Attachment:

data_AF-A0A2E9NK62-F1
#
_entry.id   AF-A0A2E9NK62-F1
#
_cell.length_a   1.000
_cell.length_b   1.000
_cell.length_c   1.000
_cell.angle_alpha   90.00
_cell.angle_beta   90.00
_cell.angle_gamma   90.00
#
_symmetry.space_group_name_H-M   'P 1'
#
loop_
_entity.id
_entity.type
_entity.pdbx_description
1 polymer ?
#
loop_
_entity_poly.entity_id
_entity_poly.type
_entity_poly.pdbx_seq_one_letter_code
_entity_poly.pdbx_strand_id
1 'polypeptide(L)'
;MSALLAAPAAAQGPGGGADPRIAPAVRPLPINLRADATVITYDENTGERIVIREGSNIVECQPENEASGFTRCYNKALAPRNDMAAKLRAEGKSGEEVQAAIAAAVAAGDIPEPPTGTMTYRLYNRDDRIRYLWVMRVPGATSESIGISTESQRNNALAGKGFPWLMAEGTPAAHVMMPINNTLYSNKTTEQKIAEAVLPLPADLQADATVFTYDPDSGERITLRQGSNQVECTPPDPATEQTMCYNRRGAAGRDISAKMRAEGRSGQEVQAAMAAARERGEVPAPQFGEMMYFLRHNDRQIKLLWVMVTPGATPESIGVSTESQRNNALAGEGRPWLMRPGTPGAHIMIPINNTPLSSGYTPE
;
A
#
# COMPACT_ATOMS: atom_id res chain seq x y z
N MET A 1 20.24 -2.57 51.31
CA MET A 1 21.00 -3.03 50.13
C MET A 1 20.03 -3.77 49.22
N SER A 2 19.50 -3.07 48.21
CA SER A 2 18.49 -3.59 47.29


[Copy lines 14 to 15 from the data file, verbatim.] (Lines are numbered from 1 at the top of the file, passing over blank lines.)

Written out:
loop_
_entity.id